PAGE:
work-writing balance

It’s not just me; other writers are thinking about/worried about/frustrated by trying to balance working full-time and writing. A former co-worker and writer’s group member wrote to say that she wants to fall out of full-time and into freelance, because she’s frustrated by how little time she can spend on her writing.

And here I am, having just done the opposite.  For anyone wondering how that’s going: I haven’t written anything besides blog posts since I started working 22 days ago. (You could argue that I write at work, and yes, I do, but that’s a different kind of writing.) I probably would have written nothing if it weren’t for this blog and the encouraging writers and friends who read it and tell me to keep going.

But it’s hard to even find time to post here, let alone carve out a block of time for actual, productive writing.

And yet: it has to happen.

I read a lovely post over the weekend on red Ravine, in which the author, a single mom of twins, mentioned she gets up at 4:30 am to write, because that’s when she can get something done.

When I read that, I thought, I don’t think I can get up at 4:30 am.

But then I thought, well, OK, when can I write? It’s certainly not happening on a regular basis now. It’s taken me almost three days to write this post. I feel a little ashamed of myself when I hear that a single mom of twins (also a journalist) managed to churn out a number of manuscripts and was going to a conference to shop one to agents and I can’t even finish a blog post, in part because she’s dedicated enough to get up at 4:30 to write.

I think one of the problems for working writers is that it just doesn’t seem like it will end. There will always be work and there will always be writing, squeezed in like an afterthought when really it’s the forethought. It seems hopeless at times. I wonder if knowing what kind of success will a) make you feel like the writing while working is worth it and b) possibly be the thing that allows/pushes you to stop working, would help. I suspect it might.

Anyhow, I’m going to figure out something, I just haven’t discovered what will work yet. For now, it’s 10 minutes grabbed on mornings when I am organized and on time, or a half hour in the evening before I either have to take the dog out or I get too tired to write.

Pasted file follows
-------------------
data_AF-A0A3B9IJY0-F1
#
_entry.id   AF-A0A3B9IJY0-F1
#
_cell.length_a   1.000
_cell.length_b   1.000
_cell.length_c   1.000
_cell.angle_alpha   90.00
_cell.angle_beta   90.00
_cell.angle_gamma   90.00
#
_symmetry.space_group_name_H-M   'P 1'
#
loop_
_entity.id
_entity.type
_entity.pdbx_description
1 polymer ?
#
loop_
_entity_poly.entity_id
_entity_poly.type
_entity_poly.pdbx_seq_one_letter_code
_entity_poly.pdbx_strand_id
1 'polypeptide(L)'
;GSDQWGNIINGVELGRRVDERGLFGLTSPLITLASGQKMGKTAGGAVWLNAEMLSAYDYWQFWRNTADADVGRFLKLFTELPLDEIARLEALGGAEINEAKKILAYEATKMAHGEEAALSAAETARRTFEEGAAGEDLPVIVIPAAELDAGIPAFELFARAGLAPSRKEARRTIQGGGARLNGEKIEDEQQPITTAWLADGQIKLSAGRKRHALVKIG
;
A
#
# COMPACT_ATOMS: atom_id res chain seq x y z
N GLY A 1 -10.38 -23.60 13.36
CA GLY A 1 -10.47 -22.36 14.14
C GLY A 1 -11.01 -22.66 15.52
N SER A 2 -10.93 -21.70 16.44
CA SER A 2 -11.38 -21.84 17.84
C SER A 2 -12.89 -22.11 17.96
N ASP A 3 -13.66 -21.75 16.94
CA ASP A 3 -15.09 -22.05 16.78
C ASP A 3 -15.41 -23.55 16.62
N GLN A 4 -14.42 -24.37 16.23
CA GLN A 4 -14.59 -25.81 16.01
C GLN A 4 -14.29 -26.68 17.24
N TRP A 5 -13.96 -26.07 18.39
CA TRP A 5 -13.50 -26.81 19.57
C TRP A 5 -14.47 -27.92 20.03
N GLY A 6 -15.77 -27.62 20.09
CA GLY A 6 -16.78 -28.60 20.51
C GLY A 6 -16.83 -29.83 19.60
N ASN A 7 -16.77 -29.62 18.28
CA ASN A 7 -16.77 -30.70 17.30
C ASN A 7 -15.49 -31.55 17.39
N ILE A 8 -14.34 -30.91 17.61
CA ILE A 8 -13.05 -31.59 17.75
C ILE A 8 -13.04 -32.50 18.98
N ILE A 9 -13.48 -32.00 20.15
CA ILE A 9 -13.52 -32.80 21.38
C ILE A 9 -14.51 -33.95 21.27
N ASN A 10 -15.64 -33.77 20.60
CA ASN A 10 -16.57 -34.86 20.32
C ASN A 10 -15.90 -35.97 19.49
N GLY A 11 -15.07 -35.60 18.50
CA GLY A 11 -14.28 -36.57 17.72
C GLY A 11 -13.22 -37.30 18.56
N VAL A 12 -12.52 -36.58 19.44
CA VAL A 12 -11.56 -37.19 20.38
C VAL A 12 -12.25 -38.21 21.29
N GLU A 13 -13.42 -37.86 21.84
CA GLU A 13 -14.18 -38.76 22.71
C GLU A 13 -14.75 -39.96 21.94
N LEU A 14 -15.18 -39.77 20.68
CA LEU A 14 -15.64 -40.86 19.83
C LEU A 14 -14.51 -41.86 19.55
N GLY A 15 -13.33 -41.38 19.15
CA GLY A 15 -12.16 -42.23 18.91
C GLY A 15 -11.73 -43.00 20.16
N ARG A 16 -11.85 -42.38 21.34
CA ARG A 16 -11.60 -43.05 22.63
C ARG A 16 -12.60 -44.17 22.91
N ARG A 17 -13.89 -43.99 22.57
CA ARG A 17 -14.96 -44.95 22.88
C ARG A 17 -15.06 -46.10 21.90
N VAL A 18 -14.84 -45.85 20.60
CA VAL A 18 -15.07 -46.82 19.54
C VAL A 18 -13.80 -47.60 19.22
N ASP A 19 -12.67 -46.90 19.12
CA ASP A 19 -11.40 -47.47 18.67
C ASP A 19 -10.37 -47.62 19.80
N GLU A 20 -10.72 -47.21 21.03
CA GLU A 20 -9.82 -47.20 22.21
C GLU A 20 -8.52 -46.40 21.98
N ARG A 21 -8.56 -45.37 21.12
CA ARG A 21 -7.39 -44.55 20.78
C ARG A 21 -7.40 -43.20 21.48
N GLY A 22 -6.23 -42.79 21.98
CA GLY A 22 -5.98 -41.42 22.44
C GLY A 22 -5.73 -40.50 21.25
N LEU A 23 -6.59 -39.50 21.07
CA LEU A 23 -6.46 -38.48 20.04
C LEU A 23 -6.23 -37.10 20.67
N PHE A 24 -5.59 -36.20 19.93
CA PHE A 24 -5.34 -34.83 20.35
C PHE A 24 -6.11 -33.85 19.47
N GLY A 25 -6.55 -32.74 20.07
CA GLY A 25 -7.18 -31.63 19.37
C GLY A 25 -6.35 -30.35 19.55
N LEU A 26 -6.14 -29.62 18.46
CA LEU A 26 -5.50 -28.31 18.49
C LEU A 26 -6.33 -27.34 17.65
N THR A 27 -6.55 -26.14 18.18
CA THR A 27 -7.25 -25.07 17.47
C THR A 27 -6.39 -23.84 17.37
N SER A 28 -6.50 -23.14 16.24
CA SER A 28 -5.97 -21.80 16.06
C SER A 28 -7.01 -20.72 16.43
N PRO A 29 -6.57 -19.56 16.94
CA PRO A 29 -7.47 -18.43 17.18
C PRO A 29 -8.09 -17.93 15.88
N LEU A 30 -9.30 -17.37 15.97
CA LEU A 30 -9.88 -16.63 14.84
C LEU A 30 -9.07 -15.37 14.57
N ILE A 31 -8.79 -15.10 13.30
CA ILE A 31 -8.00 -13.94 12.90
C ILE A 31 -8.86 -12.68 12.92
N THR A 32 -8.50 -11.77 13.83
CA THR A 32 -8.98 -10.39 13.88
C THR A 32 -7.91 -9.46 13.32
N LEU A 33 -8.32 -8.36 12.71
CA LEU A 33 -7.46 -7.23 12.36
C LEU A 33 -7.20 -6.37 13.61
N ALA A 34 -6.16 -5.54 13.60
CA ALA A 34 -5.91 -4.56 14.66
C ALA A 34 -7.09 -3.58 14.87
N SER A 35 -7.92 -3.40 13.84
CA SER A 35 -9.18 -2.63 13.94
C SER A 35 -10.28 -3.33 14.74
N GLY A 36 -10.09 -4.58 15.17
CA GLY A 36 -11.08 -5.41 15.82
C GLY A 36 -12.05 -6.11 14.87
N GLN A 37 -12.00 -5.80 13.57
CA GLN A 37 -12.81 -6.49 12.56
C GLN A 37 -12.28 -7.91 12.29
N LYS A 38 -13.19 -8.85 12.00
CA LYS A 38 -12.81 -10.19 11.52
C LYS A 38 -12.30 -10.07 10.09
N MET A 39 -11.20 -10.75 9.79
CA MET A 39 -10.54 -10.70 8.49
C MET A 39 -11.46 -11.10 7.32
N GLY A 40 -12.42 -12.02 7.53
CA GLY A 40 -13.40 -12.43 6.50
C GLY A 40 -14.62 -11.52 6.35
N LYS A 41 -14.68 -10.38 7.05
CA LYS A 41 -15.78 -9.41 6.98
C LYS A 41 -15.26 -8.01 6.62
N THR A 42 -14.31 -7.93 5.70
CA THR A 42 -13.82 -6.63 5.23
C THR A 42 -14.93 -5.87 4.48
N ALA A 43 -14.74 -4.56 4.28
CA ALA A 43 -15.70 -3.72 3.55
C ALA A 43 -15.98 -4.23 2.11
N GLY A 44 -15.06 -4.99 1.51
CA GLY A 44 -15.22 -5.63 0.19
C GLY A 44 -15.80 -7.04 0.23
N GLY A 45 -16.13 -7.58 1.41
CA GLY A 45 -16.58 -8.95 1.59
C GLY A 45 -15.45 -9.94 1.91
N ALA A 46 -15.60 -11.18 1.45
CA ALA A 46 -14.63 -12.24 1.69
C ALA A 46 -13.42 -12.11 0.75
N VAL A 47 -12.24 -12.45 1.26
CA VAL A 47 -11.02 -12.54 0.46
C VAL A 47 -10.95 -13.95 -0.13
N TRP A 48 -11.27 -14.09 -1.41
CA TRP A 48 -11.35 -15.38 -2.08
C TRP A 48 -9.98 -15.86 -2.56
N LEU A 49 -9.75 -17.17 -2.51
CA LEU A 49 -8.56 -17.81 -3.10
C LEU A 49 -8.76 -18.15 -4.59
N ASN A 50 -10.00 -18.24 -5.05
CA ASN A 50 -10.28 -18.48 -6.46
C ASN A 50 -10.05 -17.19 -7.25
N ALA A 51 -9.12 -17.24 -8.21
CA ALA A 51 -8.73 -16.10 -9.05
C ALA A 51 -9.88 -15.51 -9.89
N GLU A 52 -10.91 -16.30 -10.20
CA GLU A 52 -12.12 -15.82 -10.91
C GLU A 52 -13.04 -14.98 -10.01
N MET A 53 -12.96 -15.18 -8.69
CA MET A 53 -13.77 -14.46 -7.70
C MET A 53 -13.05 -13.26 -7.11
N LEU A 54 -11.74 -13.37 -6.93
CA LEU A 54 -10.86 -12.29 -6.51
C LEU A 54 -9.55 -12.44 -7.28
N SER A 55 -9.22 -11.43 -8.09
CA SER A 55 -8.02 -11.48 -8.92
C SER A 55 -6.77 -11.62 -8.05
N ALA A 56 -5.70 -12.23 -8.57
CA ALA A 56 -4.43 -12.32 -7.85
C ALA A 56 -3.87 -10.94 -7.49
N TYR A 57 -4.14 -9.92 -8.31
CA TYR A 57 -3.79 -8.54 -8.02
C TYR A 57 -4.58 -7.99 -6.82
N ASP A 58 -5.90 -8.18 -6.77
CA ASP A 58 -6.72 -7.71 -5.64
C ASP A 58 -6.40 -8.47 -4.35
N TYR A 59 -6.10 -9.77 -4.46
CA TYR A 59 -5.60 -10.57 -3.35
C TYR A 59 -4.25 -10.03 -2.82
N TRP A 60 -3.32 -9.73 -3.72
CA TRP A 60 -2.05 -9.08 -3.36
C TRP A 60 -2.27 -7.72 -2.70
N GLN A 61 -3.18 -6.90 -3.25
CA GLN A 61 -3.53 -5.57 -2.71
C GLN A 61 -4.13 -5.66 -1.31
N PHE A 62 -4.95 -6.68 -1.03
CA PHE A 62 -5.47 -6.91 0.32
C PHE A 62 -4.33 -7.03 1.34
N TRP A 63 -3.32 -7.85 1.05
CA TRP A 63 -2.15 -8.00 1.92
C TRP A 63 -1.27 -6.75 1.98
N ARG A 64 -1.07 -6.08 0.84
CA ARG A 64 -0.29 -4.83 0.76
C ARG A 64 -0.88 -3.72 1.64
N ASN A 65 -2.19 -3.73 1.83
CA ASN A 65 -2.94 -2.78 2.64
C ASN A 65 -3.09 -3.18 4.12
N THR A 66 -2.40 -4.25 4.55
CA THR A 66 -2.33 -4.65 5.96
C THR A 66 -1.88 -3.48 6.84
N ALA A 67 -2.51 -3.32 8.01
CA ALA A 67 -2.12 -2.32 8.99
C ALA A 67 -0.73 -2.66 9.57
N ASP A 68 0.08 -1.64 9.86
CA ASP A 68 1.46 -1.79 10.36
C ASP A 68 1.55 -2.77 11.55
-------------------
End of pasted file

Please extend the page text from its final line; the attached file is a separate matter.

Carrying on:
Advertisements

4 thoughts on “work-writing balance

  1. Dear Elizabeth,

    I appreciate your struggles to find time to write. My stepfather, who has written eight massive novels, gets up in the morning (now that he’s retired) and writes until about noon every day. He says writing must be a priority or it simply won’t get done. Even when he was a policeman he wrote all the time, whether on the weekends or on nights after work or mornings before work.

    For me, as you know, I write at work. I wrote a half page today and a couple of pages earlier this week during breaks at work when I was waiting for someone to do something, for a reporter to finish a story, etc. It feels sort of amateurish to write three or four paragraphs at a time, as though that makes me an unserious writer, but really that’s not true. One step at a time, I am plodding up that mountain.

    Hang in there and you will find your own rhythm.

  2. Hi Elizabeth,

    I’m that single mom with twins who is writing a memoir at 4:15 in the morning, and I have to tell you it’s not pretty. Some weeks I can do it; some weeks I simply can’t.

    You know I wrote about the devil in that piece, and this week I have been bedeviled by my own exhaustion. Little things keep happening, like my atomic clock gets switched over to Pacific time so the alarm doesn’t go off. And, reality check: I sacrificed a deadline on well-paid freelance project to get ready for the agents and editors conference, so now I’m playing catch up on that and doing lots of apologizing.

    The past two weeks, though, have really showed me that when its for writing that I really care about, writing that’s in my natural voice, I CAN do the impossible — get up at 4:15 in the morning. When it’s for other stuff, my body won’t let me.

    I can’t tell you the bliss I felt when I was able to do it and I started out my day doing the writing that mattered most for my soul.

    But don’t think I”m perfect. Just know I’m fighting the good fight and trying not to get tossed away.

    Have faith!

    P.S.: And keep reading redRavine.com. There are many lovely writers there. Thanks for linking to us.

  3. The 4:15 folks have my complete admiration.

    The only consistent more-than-an-hour writing time for me now is Sunday afternoons. That’s the point in the weekend where I’ve done every other thing that needs to get done, and everyone else in the house is either watching sports or playing sports, depending on the weather.

    For what it’s worth, I finished a novella and a ton of stories in a previous job. If you can find employment with a slowly sinking ship, I recommend it highly!

  4. Carolyn, I of course did not assume you were perfect, but I am still impressed by the getting up and all the focus on writing despite many possible reasons not to be focused. Thanks for your comments, and for the great post on redRavine.

Leave a Reply

Fill in your details below or click an icon to log in:

WordPress.com Logo

You are commenting using your WordPress.com account. Log Out / Change )

Twitter picture

You are commenting using your Twitter account. Log Out / Change )

Facebook photo

You are commenting using your Facebook account. Log Out / Change )

Google+ photo

You are commenting using your Google+ account. Log Out / Change )

Connecting to %s